Suppose I have two random variables defined on the probability space $(\Omega, \mathcal{F}, P)$: $X_1: \Omega \rightarrow R$ and $X_2: \Omega \rightarrow R$. Assume that $X_1$ and $X_2$ are identically distributed. Following the definition, this means that $P(X_1 \in E)=P(X_2 \in E)$ $\forall E \in B(R)$, i.e. $P(\omega \in \Omega | X_1(\omega) \in E)=P(\omega \in \Omega | X_2(\omega) \in E)$ $\forall E \in B(R)$. Does this means that for any $\omega$, $X_1(\omega)=X_2(\omega)$, i.e. $X_1$ and $X_2$ are the same function? Thanks!

  • $\begingroup$ Are the random variables mapping a (fair) coin toss (Head -> 0, Tails -> 1) and (Head -> 1, Tails -> 0) identically distributed? Are they the same functions? $\endgroup$ – ziggystar Mar 19 '14 at 10:59
  • $\begingroup$ Thank you! To be sure I have understood: let $X_1$ be the first r.v you defined and $X_2$ the second; I see that the two random variables are not the same function but they are identically distributed; in fact: we know that $P(\omega \in \Omega | X_1(\omega)=0)=P(head)$ and $P(\omega \in \Omega | X_2(\omega)=0)=P(tails)$; we can see that $P(head)=P(tails)$; similarly for $X_1(\omega)=X_2(\omega)=1$. Is that right? $\endgroup$ – TEX Mar 19 '14 at 11:09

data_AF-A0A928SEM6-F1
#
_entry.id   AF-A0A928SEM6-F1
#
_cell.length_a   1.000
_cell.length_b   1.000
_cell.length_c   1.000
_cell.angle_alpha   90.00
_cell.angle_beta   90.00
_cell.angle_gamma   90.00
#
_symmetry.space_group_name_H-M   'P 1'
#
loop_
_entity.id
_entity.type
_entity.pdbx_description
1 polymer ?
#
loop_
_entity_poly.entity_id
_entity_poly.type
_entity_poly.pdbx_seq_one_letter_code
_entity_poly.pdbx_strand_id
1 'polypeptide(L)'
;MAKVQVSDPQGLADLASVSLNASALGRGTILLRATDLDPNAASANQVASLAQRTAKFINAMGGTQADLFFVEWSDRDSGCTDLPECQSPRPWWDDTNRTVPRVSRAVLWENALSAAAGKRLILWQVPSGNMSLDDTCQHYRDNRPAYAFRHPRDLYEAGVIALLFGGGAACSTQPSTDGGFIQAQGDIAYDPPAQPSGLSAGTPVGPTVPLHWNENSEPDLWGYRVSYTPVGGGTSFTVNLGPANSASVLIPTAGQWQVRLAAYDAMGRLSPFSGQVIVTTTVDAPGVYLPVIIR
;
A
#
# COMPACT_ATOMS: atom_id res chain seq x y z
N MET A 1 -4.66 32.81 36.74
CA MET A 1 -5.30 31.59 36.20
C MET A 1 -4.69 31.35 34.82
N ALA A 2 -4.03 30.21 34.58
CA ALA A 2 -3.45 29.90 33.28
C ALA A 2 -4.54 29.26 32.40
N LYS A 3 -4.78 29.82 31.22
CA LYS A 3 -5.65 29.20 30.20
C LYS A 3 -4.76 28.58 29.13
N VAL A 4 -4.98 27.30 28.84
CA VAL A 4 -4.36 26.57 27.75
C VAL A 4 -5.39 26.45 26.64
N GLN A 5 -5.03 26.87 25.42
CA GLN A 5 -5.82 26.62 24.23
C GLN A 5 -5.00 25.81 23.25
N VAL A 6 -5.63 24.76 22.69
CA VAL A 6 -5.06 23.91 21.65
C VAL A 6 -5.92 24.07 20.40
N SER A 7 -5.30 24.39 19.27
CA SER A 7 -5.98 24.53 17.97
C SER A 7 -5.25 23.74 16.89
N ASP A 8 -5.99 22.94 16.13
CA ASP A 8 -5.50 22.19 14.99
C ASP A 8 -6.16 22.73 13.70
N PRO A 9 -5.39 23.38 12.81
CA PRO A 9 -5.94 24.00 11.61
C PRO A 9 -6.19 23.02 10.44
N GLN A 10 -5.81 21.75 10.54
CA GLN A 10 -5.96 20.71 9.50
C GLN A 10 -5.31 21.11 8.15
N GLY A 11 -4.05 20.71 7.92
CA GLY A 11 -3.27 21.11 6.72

• $\begingroup$ That's what I thought. :) But $X_1(\omega) \not = X_2(\omega)$. $\endgroup$ – ziggystar Mar 19 '14 at 11:23

You are correct that $X_1$ and $X_2$ are distributed the same if $P(X_1 \in E)=P(X_2 \in E) \forall E \in B(R)$. However, in general the inverse maps are not equal, $X_1^{-1}(E) \neq X_2^{-1}(E)$!

Say we have two fair coins, and our random variables $X_1$ and $X_2$ map a simultaneous coin flip to heads or tails. Since the coin is fair, $P(X_1 = heads) = P(X_2 = heads) = \frac{1}{2}$. However, for many $\omega \in \Omega$, $X_1(\omega) = heads$ and $X_2(\omega) = tails$.

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